This may be George MacDonald Fraser's finest book, and David Case's performance is excellent. Unfortunately, there's a sizable omission of content around 2:07:30 in that skips over what in the print or kindle versions would have been around 40 pages. The audio version mentions a new cassette at that point; it sounds like a cassette tape was overlooked during the transfer to a digital format. It's a shame, since this omission includes one of the more harrowing battles of the book.

1 of 1 people found this review helpful

  • Overall
    5 out of 5 stars
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    5 out of 5 stars

Fantastic story bolstered by a superb performance.

Mr. Fraser's narrative of his time in the British Army during the Burma campaign of WWII successfully framed the wartime for the rank and file soldier. The reader is brought into the relationships he had with his fellow brothers in arms, his leaders, and the demands on the mind and body that accompany such extraordinary circumstances. Mr. Case enhances the listener's experience by associating the nuances of British language and culture described by the author in a way that makes the characters unique and matches the tempo of his speech to the events unfolding in the storyline. I found myself being drawn into the performance and into the mind of the author.

1 of 1 people found this review helpful

  • Overall
    4 out of 5 stars
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    4 out of 5 stars
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    4 out of 5 stars

Good read

I found this book to be captivating, and a different look at less talked about aspects of WWII. a really good read.

1 of 1 people found this review helpful

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    1 out of 5 stars
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    5 out of 5 stars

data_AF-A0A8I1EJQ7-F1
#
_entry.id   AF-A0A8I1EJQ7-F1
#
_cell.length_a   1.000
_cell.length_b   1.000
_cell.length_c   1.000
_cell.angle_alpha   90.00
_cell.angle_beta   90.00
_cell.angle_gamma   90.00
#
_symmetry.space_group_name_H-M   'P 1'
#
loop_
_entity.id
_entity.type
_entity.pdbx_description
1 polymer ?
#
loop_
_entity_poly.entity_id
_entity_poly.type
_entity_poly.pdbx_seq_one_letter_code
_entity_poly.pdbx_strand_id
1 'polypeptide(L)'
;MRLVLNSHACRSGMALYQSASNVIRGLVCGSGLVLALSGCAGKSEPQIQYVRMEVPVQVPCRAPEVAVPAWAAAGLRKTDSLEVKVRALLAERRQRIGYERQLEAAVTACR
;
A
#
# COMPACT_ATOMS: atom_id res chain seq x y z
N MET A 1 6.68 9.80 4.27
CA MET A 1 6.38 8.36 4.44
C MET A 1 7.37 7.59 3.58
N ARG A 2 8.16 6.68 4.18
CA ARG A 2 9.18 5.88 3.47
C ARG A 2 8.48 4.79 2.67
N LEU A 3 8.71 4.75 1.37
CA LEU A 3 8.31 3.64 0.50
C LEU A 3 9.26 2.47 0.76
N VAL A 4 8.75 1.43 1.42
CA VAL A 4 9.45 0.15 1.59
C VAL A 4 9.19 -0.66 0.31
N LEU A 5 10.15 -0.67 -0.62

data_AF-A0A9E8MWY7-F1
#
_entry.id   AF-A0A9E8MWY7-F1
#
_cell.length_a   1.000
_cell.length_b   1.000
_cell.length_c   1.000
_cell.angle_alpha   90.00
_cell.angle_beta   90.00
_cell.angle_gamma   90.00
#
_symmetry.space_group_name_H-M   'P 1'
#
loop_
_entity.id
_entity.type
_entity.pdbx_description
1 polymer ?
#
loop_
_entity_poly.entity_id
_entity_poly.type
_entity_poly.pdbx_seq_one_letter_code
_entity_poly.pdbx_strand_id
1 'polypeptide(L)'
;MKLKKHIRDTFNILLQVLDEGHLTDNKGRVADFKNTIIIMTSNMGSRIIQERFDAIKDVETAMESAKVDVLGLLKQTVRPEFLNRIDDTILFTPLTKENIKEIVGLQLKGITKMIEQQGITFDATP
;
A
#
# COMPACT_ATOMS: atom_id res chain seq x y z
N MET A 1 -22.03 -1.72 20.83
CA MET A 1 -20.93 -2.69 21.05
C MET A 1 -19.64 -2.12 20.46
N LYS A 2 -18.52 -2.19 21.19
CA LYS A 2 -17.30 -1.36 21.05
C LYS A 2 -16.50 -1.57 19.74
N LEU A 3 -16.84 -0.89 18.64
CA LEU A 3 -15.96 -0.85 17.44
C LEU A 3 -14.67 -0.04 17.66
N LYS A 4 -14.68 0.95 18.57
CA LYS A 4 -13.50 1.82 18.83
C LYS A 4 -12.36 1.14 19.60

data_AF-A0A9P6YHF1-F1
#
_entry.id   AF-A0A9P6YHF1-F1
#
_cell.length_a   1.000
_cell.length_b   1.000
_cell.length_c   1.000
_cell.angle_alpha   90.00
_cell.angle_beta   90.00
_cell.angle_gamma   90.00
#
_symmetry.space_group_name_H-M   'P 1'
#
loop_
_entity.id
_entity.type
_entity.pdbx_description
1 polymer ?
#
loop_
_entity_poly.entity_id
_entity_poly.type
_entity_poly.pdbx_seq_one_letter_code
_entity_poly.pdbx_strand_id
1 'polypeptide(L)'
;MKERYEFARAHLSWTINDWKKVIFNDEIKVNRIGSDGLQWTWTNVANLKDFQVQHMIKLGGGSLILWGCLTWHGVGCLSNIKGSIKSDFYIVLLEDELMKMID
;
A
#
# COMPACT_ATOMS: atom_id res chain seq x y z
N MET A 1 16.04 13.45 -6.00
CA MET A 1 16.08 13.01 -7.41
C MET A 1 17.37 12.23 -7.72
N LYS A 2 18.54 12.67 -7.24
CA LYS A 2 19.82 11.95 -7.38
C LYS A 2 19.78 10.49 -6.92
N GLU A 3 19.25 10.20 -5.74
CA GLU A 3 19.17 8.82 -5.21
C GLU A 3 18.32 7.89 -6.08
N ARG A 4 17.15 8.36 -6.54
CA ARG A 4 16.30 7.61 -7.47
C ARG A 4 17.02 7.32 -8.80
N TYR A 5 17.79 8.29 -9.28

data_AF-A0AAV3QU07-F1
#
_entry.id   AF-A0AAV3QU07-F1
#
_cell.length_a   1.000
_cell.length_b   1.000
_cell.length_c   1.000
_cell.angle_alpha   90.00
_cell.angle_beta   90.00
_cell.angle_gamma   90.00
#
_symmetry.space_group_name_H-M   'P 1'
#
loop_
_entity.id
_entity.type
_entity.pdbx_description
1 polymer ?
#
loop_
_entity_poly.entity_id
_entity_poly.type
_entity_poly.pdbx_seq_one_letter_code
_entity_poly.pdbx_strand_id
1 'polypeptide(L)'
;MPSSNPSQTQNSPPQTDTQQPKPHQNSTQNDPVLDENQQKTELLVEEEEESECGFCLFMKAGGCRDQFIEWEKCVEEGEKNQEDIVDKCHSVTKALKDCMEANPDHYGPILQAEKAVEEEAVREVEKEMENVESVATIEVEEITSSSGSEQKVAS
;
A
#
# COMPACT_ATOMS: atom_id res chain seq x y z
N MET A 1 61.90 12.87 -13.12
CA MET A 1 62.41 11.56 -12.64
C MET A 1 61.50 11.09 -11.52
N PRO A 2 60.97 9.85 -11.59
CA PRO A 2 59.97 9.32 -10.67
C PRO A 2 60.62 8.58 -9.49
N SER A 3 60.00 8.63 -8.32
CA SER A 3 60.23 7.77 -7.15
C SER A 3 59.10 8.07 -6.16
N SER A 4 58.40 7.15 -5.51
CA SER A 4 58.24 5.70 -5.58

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  • Walter
  • Arlington, MA, United States
  • 04-24-13

Excellent book, but did not download completely

Would you try another book from George MacDonald Fraser and/or David Case?

I have read almost everything by GMF. Several times. Excellent writing. Wry wit. Very careful and accurate history - even in the "Flashman" series in which the main character is fictional, but most others are not.

1 of 1 people found this review helpful

  • Overall
    5 out of 5 stars

Wonderful

Superbly written memoir of combat and British army life in Burma and I do love this narrator's style that fits this so well. (he does a great narration of Orwell too)

3 of 4 people found this review helpful

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    5 out of 5 stars
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    5 out of 5 stars

Incredible and entertaining

David Case does a bang up job on Cumberland dialect. Story was engrossing as heck. Loved it!

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    1 out of 5 stars
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    4 out of 5 stars
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    1 out of 5 stars

confusing

had trouble following this story. used too many regional words not known in US. I would not reccomend

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    5 out of 5 stars
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    5 out of 5 stars
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    5 out of 5 stars

Gritty and Humorous!

This intellectual—boots on the ground—account of WWII British infantry combines both the boring and the bold into a sardonic account of combat soldier reality.
George MacDonald Fraser and narrator David Case again provide the listener a taste of humor and history.